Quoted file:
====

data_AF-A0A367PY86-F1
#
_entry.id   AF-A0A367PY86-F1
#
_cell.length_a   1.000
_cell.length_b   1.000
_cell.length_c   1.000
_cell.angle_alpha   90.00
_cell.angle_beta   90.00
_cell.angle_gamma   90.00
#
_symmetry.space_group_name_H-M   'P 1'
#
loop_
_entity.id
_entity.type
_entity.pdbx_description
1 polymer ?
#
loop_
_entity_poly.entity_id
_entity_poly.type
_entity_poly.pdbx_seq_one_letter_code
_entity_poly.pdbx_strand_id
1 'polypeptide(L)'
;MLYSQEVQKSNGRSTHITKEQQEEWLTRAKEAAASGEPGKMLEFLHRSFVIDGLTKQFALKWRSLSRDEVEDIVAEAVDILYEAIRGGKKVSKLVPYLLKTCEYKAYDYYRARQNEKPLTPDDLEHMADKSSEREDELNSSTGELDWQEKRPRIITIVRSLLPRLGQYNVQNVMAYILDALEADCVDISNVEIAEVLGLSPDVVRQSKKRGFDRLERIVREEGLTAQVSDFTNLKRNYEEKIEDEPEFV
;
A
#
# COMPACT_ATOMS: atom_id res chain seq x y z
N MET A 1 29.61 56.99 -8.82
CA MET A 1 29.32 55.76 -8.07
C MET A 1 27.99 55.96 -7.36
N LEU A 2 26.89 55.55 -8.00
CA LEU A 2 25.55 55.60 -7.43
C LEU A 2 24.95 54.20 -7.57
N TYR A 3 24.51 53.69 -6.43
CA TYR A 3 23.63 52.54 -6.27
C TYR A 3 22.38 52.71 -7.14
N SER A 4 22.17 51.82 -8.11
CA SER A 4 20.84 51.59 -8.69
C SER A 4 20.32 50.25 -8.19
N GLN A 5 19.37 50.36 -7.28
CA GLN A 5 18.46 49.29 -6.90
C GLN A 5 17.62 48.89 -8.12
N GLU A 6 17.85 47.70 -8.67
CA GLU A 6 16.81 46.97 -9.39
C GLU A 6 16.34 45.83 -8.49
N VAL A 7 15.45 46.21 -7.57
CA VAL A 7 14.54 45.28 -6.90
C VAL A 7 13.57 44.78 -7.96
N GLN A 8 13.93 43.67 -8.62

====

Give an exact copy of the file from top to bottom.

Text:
data_AF-A0A367PY86-F1
#
_entry.id   AF-A0A367PY86-F1
#
_cell.length_a   1.000
_cell.length_b   1.000
_cell.length_c   1.000
_cell.angle_alpha   90.00
_cell.angle_beta   90.00
_cell.angle_gamma   90.00
#
_symmetry.space_group_name_H-M   'P 1'
#
loop_
_entity.id
_entity.type
_entity.pdbx_description
1 polymer ?
#
loop_
_entity_poly.entity_id
_entity_poly.type
_entity_poly.pdbx_seq_one_letter_code
_entity_poly.pdbx_strand_id
1 'polypeptide(L)'
;MLYSQEVQKSNGRSTHITKEQQEEWLTRAKEAAASGEPGKMLEFLHRSFVIDGLTKQFALKWRSLSRDEVEDIVAEAVDILYEAIRGGKKVSKLVPYLLKTCEYKAYDYYRARQNEKPLTPDDLEHMADKSSEREDELNSSTGELDWQEKRPRIITIVRSLLPRLGQYNVQNVMAYILDALEADCVDISNVEIAEVLGLSPDVVRQSKKRGFDRLERIVREEGLTAQVSDFTNLKRNYEEKIEDEPEFV
;
A
#
# COMPACT_ATOMS: atom_id res chain seq x y z
N MET A 1 29.61 56.99 -8.82
CA MET A 1 29.32 55.76 -8.07
C MET A 1 27.99 55.96 -7.36
N LEU A 2 26.89 55.55 -8.00
CA LEU A 2 25.55 55.60 -7.43
C LEU A 2 24.95 54.20 -7.57
N TYR A 3 24.51 53.69 -6.43
CA TYR A 3 23.63 52.54 -6.27
C TYR A 3 22.38 52.71 -7.14
N SER A 4 22.17 51.82 -8.11
CA SER A 4 20.84 51.59 -8.69
C SER A 4 20.32 50.25 -8.19
N GLN A 5 19.37 50.36 -7.28
CA GLN A 5 18.46 49.29 -6.90
C GLN A 5 17.62 48.89 -8.12
N GLU A 6 17.85 47.70 -8.67
CA GLU A 6 16.81 46.97 -9.39
C GLU A 6 16.34 45.83 -8.49
N VAL A 7 15.45 46.21 -7.57
CA VAL A 7 14.54 45.28 -6.90
C VAL A 7 13.57 44.78 -7.96
N GLN A 8 13.93 43.67 -8.62